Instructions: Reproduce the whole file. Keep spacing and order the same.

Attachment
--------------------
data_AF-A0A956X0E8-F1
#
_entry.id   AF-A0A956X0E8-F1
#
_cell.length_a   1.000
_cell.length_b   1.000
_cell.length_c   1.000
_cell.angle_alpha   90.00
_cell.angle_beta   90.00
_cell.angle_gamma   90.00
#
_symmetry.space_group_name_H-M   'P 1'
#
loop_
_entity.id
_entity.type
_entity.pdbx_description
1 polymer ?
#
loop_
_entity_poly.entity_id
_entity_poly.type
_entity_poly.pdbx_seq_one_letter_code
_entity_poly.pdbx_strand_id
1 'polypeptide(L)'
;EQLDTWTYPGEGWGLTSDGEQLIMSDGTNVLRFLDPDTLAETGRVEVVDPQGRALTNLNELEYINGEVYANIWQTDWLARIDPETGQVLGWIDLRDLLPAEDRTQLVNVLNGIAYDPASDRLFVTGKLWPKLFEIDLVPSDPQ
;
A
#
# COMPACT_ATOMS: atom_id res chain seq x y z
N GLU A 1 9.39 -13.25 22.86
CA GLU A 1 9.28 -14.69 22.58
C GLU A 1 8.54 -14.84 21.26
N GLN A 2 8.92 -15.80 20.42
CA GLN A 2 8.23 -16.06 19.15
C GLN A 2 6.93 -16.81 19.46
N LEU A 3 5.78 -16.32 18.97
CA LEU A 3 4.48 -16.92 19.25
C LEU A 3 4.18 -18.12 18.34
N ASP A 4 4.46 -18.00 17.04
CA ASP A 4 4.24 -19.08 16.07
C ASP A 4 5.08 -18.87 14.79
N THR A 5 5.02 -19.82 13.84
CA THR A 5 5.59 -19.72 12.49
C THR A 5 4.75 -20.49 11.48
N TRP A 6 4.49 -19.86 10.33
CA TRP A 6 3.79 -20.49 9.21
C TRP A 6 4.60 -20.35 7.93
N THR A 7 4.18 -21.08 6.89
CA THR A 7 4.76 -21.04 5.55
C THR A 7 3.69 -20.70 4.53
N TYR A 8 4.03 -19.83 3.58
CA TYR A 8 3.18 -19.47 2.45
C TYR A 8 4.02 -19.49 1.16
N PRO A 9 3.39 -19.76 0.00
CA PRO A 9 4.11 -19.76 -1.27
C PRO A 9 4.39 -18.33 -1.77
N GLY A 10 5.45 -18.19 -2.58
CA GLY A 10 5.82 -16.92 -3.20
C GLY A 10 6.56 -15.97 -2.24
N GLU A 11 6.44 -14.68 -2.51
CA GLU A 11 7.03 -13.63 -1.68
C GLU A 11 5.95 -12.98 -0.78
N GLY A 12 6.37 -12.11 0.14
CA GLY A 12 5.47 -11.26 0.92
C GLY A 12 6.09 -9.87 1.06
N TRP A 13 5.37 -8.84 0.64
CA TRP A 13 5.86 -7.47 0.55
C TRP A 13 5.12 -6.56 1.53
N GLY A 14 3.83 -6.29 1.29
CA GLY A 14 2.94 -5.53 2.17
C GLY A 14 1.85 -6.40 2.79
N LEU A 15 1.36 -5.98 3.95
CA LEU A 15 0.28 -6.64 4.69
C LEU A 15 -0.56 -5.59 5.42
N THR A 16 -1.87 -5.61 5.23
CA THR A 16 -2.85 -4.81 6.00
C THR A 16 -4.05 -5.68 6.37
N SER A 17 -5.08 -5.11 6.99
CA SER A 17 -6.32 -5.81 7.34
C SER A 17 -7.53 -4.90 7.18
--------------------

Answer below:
data_AF-A0A956X0E8-F1
#
_entry.id   AF-A0A956X0E8-F1
#
_cell.length_a   1.000
_cell.length_b   1.000
_cell.length_c   1.000
_cell.angle_alpha   90.00
_cell.angle_beta   90.00
_cell.angle_gamma   90.00
#
_symmetry.space_group_name_H-M   'P 1'
#
loop_
_entity.id
_entity.type
_entity.pdbx_description
1 polymer ?
#
loop_
_entity_poly.entity_id
_entity_poly.type
_entity_poly.pdbx_seq_one_letter_code
_entity_poly.pdbx_strand_id
1 'polypeptide(L)'
;EQLDTWTYPGEGWGLTSDGEQLIMSDGTNVLRFLDPDTLAETGRVEVVDPQGRALTNLNELEYINGEVYANIWQTDWLARIDPETGQVLGWIDLRDLLPAEDRTQLVNVLNGIAYDPASDRLFVTGKLWPKLFEIDLVPSDPQ
;
A
#
# COMPACT_ATOMS: atom_id res chain seq x y z
N GLU A 1 9.39 -13.25 22.86
CA GLU A 1 9.28 -14.69 22.58
C GLU A 1 8.54 -14.84 21.26
N GLN A 2 8.92 -15.80 20.42
CA GLN A 2 8.23 -16.06 19.15
C GLN A 2 6.93 -16.81 19.46
N LEU A 3 5.78 -16.32 18.97
CA LEU A 3 4.48 -16.92 19.25
C LEU A 3 4.18 -18.12 18.34
N ASP A 4 4.46 -18.00 17.04
CA ASP A 4 4.24 -19.08 16.07
C ASP A 4 5.08 -18.87 14.79
N THR A 5 5.02 -19.82 13.84
CA THR A 5 5.59 -19.72 12.49
C THR A 5 4.75 -20.49 11.48
N TRP A 6 4.49 -19.86 10.33
CA TRP A 6 3.79 -20.49 9.21
C TRP A 6 4.60 -20.35 7.93
N THR A 7 4.18 -21.08 6.89
CA THR A 7 4.76 -21.04 5.55
C THR A 7 3.69 -20.70 4.53
N TYR A 8 4.03 -19.83 3.58
CA TYR A 8 3.18 -19.47 2.45
C TYR A 8 4.02 -19.49 1.16
N PRO A 9 3.39 -19.76 0.00
CA PRO A 9 4.11 -19.76 -1.27
C PRO A 9 4.39 -18.33 -1.77
N GLY A 10 5.45 -18.19 -2.58
CA GLY A 10 5.82 -16.92 -3.20
C GLY A 10 6.56 -15.97 -2.24
N GLU A 11 6.44 -14.68 -2.51
CA GLU A 11 7.03 -13.63 -1.68
C GLU A 11 5.95 -12.98 -0.78
N GLY A 12 6.37 -12.11 0.14
CA GLY A 12 5.47 -11.26 0.92
C GLY A 12 6.09 -9.87 1.06
N TRP A 13 5.37 -8.84 0.64
CA TRP A 13 5.86 -7.47 0.55
C TRP A 13 5.12 -6.56 1.53
N GLY A 14 3.83 -6.29 1.29
CA GLY A 14 2.94 -5.53 2.17
C GLY A 14 1.85 -6.40 2.79
N LEU A 15 1.36 -5.98 3.95
CA LEU A 15 0.28 -6.64 4.69
C LEU A 15 -0.56 -5.59 5.42
N THR A 16 -1.87 -5.61 5.23
CA THR A 16 -2.85 -4.81 6.00
C THR A 16 -4.05 -5.68 6.37
N SER A 17 -5.08 -5.11 6.99
CA SER A 17 -6.32 -5.81 7.34
C SER A 17 -7.53 -4.90 7.18